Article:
Title: Re: Boom hanger
Post by: Erick Singleman on April 14, 2010, 07:22:31 PM
Not sure this is special, just not documented in Herreshoff plans up to 1938, so I am not 100% sure of the true configuration.  I suspect the eye shown was another add on.  My though is the end of the clew outhaul should be tied to the front of the sliding part, pass around the one pulley and forward to the jam cleat on the side of the boom a few feet forward. However this would put a bit of a transverse force on the slider, having an eye on the other side of the boom from the pulley and tying the end to it and running it around the front of the slide would create a aftward force on the slide, maybe that is what it really should be?
Title: Re: Boom hanger
Post by: Adam on April 15, 2010, 03:42:10 PM
My thought is the add on block has nothing to do with the outhaul but one of three things - Part of a lazy jack, reefing, or adjustable topping lift... I don't know if any of the three would be OME on a 12, you two would know better then I....

Here is a drawing of a typical gaff setup showing all three - from Marshall but I assume it fits what we are talking about (?)....

(http://www.marshallcat.com/images/rigging.jpg)
Title: Re: Boom hanger
Post by: Erick Singleman on April 15, 2010, 05:17:36 PM
Could be Adam.  Don't know why you'd have lazy jacks on a 12 though, unless you are really lazy :) especially on a Marconi rigged 12.  But the last guy who had this boat in the water must have been, as the boom is split in half right down the middel form glue failure.  If he had kept up on the finish that wouldn't have happened.  Aslo, to fix the problem he cut out 4" x 4" pieces of plastic sheet about 1/8"thick and tacked these across the split in the boom in about six places.  With the sliding gooseneck and the spring loaded clew fitting it would have been very easy to take the darn boom off and do a propper repair.  Now I am stuck with cleaning up all of the holes and deterioration where he nailed in all of these tacks (about 16 for each 4 x 4 strap he put on >:(.  However it does look like I will be able to salvage the boom and make it look pretty good.  The mast, i don't know yet, it will at least need a scarfed in piece at the top.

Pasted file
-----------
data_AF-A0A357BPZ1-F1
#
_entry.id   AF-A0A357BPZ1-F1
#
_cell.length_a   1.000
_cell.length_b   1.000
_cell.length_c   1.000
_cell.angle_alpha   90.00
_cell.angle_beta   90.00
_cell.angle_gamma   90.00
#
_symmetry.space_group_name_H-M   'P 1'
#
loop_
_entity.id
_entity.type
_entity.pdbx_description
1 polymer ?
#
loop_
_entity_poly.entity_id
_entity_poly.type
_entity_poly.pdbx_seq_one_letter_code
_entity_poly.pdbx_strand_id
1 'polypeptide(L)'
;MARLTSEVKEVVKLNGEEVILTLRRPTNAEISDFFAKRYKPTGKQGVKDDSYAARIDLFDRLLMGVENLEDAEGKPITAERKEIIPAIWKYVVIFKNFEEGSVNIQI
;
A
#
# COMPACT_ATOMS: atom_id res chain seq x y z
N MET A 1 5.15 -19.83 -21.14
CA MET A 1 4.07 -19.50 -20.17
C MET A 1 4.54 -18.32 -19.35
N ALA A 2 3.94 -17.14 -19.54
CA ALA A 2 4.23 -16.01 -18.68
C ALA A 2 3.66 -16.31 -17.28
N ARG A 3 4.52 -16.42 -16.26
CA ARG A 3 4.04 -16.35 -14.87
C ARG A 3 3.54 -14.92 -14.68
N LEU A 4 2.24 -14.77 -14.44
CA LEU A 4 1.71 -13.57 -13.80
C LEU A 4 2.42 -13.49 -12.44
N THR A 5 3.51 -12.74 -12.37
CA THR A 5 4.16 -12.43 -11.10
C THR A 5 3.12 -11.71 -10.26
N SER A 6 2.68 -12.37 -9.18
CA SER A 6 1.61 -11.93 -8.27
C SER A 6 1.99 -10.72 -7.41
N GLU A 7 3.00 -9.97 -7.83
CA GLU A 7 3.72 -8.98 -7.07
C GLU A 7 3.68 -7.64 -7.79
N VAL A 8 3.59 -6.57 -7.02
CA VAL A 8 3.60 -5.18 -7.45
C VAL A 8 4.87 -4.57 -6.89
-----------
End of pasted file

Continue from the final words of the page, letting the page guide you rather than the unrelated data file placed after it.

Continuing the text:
Title: Re: Boom hanger
Post by: Adam on April 15, 2010, 10:01:23 PM
Doh!
Title: Re: Boom hanger
Post by: Erick Singleman on April 20, 2010, 07:04:58 PM
Ah, a bit of evidence from last year's Herreshoff regatta.  The photo below shows the boom on the museum's Fish class.  It has the exact arrangement that my boom has on the end.  This makes me feel like I have the correct hardware.  Notice it has pulleys on each side of the boom at the back to redirect the clew tightening lines forward.  On the 1938 12 1/2 plans, although it did not show this later vintage hardware with two side pulleys, it did show the clew line going through a vertical slot notched out of the end of the boom to redirect the single line back to a wooden jam cleat 2' 5" forward on the port side of the boom.

Seems like with this cleat roughly 2.5 feet forward it seems possible that the clew could be adjusted by the skipper with one hand on the tiller.

Configuring two lines going forward to jam cleats on both sides of the boom would presumably make it easier to adjust the clew from either tack.

Also this boom appears to be made of Douglas Fir (Oregon pine) as is mine.  However my mast seems to be made of Sitka Spruce.  Does anyone know if it was common practice to mix the species on the spars? HMC called out either wood on the 1938 plans.

(http://im1.shutterfly.com/media/47a0da01b3127ccef9bcdfeebfe700000030O00AaMm7Jm0ct2QPbz4E/cC/f%3D0/ps%3D50/r%3D0/rx%3D550/ry%3D400/)
Title: Re: Boom hanger
Post by: Steve on April 20, 2010, 08:00:13 PM
Here is an image of the gooseneck assembly that Steve Ballentine sells for the 12:

(http://www.herreshoffregistry.org/forum/images/0478.jpg)

This pdf is from Jim Reineck's catalog and shows his interpretation of the gooseneck on page 3.

http://www.herreshoffregistry.org/forum/images/2002pro.pdf (http://www.herreshoffregistry.org/forum/images/2002pro.pdf)
Title: Re: Boom hanger
Post by: Erick Singleman on April 20, 2010, 08:10:17 PM
Yes, that is the one that is detailed in the 1938 plans.  However, I think the one that I have is a 1938-41 modification, that allows the gooseneck to slide on the sailtrack.  This seems  a convenient adaptaion allowing adjustment of the luff of the sail not to mention handy if you can slide it up when making a boom tent.  Headroom for us tall guys!!!